A boom in demand for online shopping during the lockdown has compounded the problem, while Britain’s lack of truck drivers has led retailers such as Tesco and Ocado to offer bonuses of up to £ 1,000 to attract new recruits. There are similar benefits for warehouse jobs, especially at Amazon and Pets at Home.

The Road Haulage Association estimates that Britain lacks around 100,000 drivers to keep goods flowing. He said understaffing before the pandemic worsened when migrant drivers left the country during the crisis, while training and licensing of new recruits failed.

Iceland has warned that up to 40 deliveries to its stores could be canceled each day. An industry expert said an importer of Christmas lights was forced to charter seven planes to transport goods from Asia to avoid delays at seaports and on trucks.


Supply chain grunts have taken chicken off the menu at some Nando’s and KFC restaurants, milkshakes at McDonald’s, and left Wetherspoon’s short on toast and lager.

There may have been a summer boom in bookings for pubs and restaurants after the lockdown was eased, but many places have completely missed the blow due to ‘pingemia’ absences and understaffing. .

Employers have struggled to find chefs, kitchen janitors and cleaners, with companies reporting the worst labor shortages since 1997 and record vacancies despite the phasing out of the leave scheme.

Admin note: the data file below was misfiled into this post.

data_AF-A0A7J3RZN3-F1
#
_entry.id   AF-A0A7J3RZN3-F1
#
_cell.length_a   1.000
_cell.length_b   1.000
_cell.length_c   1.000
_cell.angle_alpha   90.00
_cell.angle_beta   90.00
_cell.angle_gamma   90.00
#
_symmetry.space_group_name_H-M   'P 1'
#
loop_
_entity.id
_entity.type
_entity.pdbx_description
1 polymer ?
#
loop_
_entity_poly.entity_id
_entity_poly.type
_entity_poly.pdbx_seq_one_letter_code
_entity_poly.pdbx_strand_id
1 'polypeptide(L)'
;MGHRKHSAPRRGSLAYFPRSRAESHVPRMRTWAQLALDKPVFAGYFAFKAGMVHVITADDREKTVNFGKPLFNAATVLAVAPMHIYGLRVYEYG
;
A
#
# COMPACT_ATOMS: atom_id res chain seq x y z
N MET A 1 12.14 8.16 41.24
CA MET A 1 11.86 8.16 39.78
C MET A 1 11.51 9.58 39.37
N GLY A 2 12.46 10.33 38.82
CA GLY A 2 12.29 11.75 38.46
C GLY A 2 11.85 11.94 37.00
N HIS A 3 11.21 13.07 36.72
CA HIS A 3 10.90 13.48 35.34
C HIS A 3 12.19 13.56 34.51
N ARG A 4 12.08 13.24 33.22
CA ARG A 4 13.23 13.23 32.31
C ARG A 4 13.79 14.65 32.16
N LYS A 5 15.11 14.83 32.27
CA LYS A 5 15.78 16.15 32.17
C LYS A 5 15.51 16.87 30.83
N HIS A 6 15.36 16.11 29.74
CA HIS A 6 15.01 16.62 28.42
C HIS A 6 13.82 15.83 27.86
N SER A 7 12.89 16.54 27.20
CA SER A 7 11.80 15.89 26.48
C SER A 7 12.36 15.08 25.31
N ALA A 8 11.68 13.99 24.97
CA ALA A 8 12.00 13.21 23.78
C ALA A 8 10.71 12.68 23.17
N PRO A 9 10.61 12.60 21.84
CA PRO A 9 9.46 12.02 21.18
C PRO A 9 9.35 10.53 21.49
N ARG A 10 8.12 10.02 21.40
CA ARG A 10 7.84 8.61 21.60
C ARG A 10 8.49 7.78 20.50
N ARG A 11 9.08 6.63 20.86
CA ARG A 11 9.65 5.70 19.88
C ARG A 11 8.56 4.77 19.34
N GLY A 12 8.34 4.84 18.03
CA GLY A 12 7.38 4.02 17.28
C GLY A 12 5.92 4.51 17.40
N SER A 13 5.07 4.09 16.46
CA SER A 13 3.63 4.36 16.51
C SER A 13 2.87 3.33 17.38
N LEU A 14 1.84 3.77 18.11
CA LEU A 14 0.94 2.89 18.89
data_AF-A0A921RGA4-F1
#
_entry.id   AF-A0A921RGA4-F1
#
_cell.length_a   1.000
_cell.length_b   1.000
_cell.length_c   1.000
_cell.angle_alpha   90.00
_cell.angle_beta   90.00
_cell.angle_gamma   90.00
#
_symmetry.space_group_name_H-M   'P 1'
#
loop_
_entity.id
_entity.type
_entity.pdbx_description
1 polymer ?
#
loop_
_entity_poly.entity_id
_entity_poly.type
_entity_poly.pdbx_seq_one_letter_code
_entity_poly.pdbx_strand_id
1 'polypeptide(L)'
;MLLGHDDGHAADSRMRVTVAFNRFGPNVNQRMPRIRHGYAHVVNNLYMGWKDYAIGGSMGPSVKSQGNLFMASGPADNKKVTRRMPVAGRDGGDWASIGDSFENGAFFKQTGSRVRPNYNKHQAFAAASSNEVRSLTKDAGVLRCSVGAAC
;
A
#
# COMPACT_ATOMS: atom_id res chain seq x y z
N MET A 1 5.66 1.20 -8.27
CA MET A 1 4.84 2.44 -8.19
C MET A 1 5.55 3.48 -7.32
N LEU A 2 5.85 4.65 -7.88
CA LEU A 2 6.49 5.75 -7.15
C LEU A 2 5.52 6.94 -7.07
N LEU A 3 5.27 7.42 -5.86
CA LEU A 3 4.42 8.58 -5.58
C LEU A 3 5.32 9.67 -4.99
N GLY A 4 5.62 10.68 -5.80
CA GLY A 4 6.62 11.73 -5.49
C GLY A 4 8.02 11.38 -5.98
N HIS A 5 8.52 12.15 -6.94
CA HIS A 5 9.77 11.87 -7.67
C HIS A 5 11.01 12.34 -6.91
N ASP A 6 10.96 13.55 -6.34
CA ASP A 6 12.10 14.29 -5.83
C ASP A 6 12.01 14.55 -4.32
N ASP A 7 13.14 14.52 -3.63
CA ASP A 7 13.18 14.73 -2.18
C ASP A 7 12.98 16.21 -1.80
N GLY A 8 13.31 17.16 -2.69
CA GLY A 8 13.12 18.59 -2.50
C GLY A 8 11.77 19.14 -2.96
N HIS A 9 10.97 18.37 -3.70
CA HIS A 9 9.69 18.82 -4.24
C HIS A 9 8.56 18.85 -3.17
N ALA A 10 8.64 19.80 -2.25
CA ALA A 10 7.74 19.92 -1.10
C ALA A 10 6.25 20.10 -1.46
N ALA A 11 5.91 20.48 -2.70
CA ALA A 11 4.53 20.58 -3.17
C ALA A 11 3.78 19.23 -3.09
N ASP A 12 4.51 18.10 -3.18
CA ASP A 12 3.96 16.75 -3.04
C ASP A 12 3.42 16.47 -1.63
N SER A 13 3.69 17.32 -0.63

Iain Hoskins, owner of Ma Boyle’s Alehouse & Eatery in Liverpool, said: “For many hotel companies like me, we’ve spent a summer adjusting to new ways of doing things amid the pingemia and then adding the problems procurement related to Brexit. and the personnel crisis and we’re really hanging on by a thread.


The worst shortages of components and raw materials since at least 1977 have hit Britain’s manufacturing sector, affecting factory production and slowing its economic recovery after the lockdown.

Microchip shortages have affected production across the manufacturing sector, forcing automakers to cut production and meet delivery deadlines for a range of consumer products from microwaves to smartphones. Drivers have to wait months for new cars or accept models with lower specs and gimmicks. The decrease in the number of new cars coming off production lines has also pushed up the price of used vehicles.

The flea deficit comes as high Covid infections in Southeast Asia hit factories, while a plant fire in Japan has disrupted availability.


Britain’s pandemic house price boom and DIY revolution have fueled a searing demand for building materials. But suppliers have struggled to keep pace, with materials ranging from cement to plasterboard being rationed by manufacturers.

Global lumber prices hit record highs in early summer, before falling back in recent weeks, but costs remain high. Building material dealers raised prices on a range of products, from wheelbarrows to plastics, MDF and steel.

Construction companies are struggling to recruit workers, hampered by EU migrant workers leaving Britain, forcing employers to raise starting wages to hire more staff. Construction projects have been slowed as a result, from housing construction to commercial and civil engineering.